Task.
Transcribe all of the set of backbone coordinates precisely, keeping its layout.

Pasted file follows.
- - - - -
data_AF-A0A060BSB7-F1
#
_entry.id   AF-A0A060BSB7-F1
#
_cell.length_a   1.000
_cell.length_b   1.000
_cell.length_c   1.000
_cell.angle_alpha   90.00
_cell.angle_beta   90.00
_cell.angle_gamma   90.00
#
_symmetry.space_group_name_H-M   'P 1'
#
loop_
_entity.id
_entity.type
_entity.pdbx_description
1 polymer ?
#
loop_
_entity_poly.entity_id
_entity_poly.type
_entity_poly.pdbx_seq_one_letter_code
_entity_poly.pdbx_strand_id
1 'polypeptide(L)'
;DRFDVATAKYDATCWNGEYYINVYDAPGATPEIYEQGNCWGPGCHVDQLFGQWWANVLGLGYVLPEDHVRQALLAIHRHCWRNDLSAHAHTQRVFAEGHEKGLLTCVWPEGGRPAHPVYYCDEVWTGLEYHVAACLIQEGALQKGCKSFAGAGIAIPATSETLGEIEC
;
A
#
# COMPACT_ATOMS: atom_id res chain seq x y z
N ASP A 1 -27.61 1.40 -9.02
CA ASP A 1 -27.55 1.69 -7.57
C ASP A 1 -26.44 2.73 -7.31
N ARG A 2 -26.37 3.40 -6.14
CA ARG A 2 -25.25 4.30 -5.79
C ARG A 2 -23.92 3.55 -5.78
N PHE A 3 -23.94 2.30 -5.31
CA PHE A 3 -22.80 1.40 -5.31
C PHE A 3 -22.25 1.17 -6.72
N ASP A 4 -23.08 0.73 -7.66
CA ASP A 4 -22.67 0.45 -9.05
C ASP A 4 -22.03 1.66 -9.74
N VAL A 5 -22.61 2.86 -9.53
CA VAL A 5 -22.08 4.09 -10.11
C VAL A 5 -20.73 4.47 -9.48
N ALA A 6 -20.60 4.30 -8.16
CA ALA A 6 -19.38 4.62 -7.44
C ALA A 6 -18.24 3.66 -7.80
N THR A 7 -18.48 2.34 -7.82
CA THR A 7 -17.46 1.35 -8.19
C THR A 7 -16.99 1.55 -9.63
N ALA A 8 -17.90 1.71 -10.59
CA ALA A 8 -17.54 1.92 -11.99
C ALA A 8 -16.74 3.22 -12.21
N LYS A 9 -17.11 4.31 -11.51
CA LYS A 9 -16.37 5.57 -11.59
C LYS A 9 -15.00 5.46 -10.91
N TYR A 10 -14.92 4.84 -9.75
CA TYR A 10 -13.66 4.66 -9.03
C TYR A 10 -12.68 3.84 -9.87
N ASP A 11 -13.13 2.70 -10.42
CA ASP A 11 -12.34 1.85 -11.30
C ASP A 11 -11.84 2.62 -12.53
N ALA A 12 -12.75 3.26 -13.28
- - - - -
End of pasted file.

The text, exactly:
data_AF-A0A060BSB7-F1
#
_entry.id   AF-A0A060BSB7-F1
#
_cell.length_a   1.000
_cell.length_b   1.000
_cell.length_c   1.000
_cell.angle_alpha   90.00
_cell.angle_beta   90.00
_cell.angle_gamma   90.00
#
_symmetry.space_group_name_H-M   'P 1'
#
loop_
_entity.id
_entity.type
_entity.pdbx_description
1 polymer ?
#
loop_
_entity_poly.entity_id
_entity_poly.type
_entity_poly.pdbx_seq_one_letter_code
_entity_poly.pdbx_strand_id
1 'polypeptide(L)'
;DRFDVATAKYDATCWNGEYYINVYDAPGATPEIYEQGNCWGPGCHVDQLFGQWWANVLGLGYVLPEDHVRQALLAIHRHCWRNDLSAHAHTQRVFAEGHEKGLLTCVWPEGGRPAHPVYYCDEVWTGLEYHVAACLIQEGALQKGCKSFAGAGIAIPATSETLGEIEC
;
A
#
# COMPACT_ATOMS: atom_id res chain seq x y z
N ASP A 1 -27.61 1.40 -9.02
CA ASP A 1 -27.55 1.69 -7.57
C ASP A 1 -26.44 2.73 -7.31
N ARG A 2 -26.37 3.40 -6.14
CA ARG A 2 -25.25 4.30 -5.79
C ARG A 2 -23.92 3.55 -5.78
N PHE A 3 -23.94 2.30 -5.31
CA PHE A 3 -22.80 1.40 -5.31
C PHE A 3 -22.25 1.17 -6.72
N ASP A 4 -23.08 0.73 -7.66
CA ASP A 4 -22.67 0.45 -9.05
C ASP A 4 -22.03 1.66 -9.74
N VAL A 5 -22.61 2.86 -9.53
CA VAL A 5 -22.08 4.09 -10.11
C VAL A 5 -20.73 4.47 -9.48
N ALA A 6 -20.60 4.30 -8.16
CA ALA A 6 -19.38 4.62 -7.44
C ALA A 6 -18.24 3.66 -7.80
N THR A 7 -18.48 2.34 -7.82
CA THR A 7 -17.46 1.35 -8.19
C THR A 7 -16.99 1.55 -9.63
N ALA A 8 -17.90 1.71 -10.59
CA ALA A 8 -17.54 1.92 -11.99
C ALA A 8 -16.74 3.22 -12.21
N LYS A 9 -17.11 4.31 -11.51
CA LYS A 9 -16.37 5.57 -11.59
C LYS A 9 -15.00 5.46 -10.91
N TYR A 10 -14.92 4.84 -9.75
CA TYR A 10 -13.66 4.66 -9.03
C TYR A 10 -12.68 3.84 -9.87
N ASP A 11 -13.13 2.70 -10.42
CA ASP A 11 -12.34 1.85 -11.30
C ASP A 11 -11.84 2.62 -12.53
N ALA A 12 -12.75 3.26 -13.28